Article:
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Estimating the success of a new business venture

When starting a new business, proper forecasting can reveal crucial information that may determine the company’s future success. Forecasting reveals some of the risks and uncertainties that a new business faces and can offer an entrepreneur the right tools to anticipate elements such as the strength of the competition, demand potential for a product or service and future industry development.

Estimating financial necessities

Estimating a company’s future financial requirements is one of the most important uses of forecasting. It can help a company determine its financial future by estimating future sales, the capital needed for future product development, the costs of future expansions and other estimated expenses that are used to estimate future costs.

Ensuring the company’s operational consistency

Proper forecasting can reveal important information regarding future earnings and spending. By having an estimate of the funds going in and out of the organization over a certain period of time, the company’s management can make more efficient and accurate plans for the future.

Helping managers make the right decisions

A significant proportion of management decisions are made by relying on accurate forecasting. Most businesses, regardless of size, face several potential uncertainties — such as seasonal rises and falls in sales, changes in personnel and changes in raw material prices — depending on the exact nature and purpose of the organization. Forecasting plays a major role in providing managers with the information they need to make informed decisions regarding the company’s future.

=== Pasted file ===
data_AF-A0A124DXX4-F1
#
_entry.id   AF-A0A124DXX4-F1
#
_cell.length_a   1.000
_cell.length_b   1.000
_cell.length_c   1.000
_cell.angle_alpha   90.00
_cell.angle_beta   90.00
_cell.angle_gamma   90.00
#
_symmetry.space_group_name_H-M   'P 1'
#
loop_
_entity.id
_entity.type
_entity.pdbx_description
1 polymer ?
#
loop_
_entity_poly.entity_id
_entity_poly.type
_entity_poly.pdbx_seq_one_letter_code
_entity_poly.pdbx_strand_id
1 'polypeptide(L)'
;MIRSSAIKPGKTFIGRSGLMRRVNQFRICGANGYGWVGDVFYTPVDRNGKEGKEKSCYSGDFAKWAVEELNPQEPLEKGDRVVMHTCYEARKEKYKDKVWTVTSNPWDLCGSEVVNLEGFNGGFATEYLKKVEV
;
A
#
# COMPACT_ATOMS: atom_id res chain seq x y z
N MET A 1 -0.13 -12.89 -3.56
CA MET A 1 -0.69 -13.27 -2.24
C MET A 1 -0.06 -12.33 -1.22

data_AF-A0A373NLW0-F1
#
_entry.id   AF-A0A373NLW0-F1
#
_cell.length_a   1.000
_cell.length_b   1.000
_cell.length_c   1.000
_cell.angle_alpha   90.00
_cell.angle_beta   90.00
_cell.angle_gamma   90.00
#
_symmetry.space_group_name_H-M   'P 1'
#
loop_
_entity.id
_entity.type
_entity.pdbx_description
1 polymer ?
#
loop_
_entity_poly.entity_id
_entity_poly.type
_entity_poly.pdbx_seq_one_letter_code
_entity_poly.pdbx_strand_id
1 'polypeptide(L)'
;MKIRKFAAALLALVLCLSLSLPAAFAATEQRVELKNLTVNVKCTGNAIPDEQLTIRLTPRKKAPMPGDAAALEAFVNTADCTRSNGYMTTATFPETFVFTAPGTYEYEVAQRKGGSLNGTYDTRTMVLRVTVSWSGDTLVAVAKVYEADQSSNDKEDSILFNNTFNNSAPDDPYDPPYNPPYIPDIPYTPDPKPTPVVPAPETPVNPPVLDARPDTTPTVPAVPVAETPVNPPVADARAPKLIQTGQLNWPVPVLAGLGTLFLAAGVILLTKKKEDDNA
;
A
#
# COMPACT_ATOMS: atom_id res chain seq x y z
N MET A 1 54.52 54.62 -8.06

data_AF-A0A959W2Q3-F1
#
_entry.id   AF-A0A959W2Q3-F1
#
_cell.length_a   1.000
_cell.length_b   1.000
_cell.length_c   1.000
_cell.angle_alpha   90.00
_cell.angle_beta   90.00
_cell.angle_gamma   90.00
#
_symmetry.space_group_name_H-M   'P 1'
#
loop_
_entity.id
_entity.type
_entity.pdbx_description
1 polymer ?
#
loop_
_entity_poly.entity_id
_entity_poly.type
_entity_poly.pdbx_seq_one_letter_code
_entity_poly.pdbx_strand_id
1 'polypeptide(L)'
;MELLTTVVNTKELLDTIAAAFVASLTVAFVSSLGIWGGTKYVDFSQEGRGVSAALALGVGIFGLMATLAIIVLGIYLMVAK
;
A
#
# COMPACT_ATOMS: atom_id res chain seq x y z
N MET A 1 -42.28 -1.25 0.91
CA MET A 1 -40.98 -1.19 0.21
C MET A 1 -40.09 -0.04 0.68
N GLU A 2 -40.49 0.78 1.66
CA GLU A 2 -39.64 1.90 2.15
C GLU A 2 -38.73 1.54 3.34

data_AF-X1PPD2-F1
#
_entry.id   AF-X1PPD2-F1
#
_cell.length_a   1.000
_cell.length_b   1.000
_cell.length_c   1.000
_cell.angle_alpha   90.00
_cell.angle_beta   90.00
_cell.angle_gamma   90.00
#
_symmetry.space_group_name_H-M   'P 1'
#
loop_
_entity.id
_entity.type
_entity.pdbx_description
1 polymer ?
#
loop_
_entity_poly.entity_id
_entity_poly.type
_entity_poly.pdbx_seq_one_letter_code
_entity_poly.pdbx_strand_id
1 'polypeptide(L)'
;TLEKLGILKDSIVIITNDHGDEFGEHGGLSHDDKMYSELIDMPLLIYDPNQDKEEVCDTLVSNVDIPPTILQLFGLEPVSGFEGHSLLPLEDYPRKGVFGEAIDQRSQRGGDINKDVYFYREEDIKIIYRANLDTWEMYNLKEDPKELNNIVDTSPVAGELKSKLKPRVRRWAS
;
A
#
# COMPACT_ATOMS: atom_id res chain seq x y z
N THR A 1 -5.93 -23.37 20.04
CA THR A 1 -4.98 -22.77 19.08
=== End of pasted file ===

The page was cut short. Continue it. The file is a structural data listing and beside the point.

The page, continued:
Increasing a business venture’s odds of success

The success of a business often depends on fine margins and correct fund allocation. Forecasting can predict important metrics, like the amount of needed raw materials, the right budget for each company department and the number of future sales. These figures help management allocate funds and resources and prioritize one product or service over another, depending on the type of company and the forecasted data.

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Formulating effective plans for the future

All planning implies the use of forecasts, making forecasting a very important element of formulating realistic and helpful plans. Any form of planning, from short-term to long-term, is heavily reliant on forecasting, creating a direct link between accurate forecasting and adequate planning.

Promoting workplace cooperation

Gathering and analyzing the data required for forecasting typically requires coordination and collaboration between all the company’s department managers, as well as other employees. This makes the whole process a collaboration, increasing team spirit and cohesion.

Helping an organization improve

Forecasting gives managers information that they can use to spot any weakness in the organization’s processes. By discovering potential shortcomings ahead of time, the company’s managers have the proper tools to correct any weakness before they affect the profits.

Sources of Data for Forecasting

1. Primary sources

Information from primary sources takes time to gather because it is first-hand information, also considered the most reliable and trustworthy sort of information. The forecaster himself does the collection, and may do so through things such as interviews, questionnaires, and focus groups.

2. Secondary sources

Secondary sources supply information that has been collected and published by other entities. An example of this type of information might be industry reports. As this information has already been compiled and analyzed, it makes the process quicker.